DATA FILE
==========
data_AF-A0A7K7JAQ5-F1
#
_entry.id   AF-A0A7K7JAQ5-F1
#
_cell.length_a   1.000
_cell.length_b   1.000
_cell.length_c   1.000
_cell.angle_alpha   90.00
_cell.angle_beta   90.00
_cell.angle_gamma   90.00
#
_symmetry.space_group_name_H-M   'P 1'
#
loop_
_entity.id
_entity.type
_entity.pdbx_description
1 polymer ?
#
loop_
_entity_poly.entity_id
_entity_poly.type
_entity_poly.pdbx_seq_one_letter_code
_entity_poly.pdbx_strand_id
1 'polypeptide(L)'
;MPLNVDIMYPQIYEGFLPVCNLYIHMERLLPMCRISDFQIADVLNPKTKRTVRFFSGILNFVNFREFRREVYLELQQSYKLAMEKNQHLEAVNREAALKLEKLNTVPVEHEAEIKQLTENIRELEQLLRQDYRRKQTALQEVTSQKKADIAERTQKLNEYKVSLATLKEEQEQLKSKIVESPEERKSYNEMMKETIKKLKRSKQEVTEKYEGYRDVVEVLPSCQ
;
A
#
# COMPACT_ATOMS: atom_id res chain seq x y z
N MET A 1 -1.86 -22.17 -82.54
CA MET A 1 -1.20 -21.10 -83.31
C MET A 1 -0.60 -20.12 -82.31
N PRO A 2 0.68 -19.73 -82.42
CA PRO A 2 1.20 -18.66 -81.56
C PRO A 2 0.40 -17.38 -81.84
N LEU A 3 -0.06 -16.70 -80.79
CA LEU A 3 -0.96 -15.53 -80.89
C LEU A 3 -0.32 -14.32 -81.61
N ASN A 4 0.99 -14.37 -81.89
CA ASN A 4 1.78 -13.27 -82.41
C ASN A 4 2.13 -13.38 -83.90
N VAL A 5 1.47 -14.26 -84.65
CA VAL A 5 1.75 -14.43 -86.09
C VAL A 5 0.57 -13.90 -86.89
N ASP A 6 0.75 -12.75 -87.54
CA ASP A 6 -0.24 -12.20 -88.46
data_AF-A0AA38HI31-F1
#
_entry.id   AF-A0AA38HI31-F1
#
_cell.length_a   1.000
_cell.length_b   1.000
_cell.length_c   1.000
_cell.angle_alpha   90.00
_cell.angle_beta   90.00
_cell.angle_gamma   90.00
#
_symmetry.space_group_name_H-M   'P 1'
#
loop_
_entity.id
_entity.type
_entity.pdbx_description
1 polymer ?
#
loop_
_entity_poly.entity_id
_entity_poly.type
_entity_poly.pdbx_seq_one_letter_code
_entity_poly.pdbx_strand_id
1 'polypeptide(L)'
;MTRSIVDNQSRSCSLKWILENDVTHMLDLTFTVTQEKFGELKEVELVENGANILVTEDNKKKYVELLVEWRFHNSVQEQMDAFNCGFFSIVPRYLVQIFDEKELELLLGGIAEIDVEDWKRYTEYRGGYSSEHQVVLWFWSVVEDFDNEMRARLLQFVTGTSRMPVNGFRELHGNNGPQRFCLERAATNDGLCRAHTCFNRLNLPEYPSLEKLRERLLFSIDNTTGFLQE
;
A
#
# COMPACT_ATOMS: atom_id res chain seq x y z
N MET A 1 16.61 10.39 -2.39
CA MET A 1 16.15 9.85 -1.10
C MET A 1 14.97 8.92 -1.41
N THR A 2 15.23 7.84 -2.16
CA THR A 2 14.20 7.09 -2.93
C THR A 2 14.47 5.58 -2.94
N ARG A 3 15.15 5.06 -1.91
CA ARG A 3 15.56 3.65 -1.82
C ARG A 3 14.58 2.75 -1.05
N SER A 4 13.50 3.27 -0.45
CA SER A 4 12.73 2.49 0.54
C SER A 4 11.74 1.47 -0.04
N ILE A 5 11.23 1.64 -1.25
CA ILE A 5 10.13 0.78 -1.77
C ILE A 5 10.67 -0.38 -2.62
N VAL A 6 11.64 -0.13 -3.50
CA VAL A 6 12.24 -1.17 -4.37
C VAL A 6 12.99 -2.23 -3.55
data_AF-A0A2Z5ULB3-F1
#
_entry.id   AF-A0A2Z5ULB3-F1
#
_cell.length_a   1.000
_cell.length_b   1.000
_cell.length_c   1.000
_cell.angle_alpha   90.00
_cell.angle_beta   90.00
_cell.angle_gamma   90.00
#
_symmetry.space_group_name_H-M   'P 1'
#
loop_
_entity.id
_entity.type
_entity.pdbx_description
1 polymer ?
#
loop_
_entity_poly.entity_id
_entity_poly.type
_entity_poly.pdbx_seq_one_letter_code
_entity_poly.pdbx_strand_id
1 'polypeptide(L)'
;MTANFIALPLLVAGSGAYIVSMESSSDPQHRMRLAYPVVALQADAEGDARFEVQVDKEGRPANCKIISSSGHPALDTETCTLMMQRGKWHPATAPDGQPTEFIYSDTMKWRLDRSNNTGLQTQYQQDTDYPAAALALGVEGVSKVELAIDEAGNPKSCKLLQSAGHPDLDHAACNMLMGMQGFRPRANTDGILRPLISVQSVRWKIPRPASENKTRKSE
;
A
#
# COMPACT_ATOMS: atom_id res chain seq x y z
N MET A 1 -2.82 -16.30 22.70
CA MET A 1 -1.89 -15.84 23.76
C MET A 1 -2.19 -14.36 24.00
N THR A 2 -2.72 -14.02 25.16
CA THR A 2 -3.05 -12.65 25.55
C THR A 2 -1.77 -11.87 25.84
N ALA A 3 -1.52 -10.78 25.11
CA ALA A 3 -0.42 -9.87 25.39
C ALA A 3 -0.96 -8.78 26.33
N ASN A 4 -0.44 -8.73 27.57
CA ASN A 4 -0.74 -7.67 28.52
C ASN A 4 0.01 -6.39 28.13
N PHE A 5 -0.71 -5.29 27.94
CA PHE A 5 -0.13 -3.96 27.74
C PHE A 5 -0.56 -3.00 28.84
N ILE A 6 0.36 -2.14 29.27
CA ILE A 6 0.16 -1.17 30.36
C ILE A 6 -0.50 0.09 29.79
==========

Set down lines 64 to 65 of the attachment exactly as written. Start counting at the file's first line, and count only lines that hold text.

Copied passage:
_entity.pdbx_description
1 polymer ?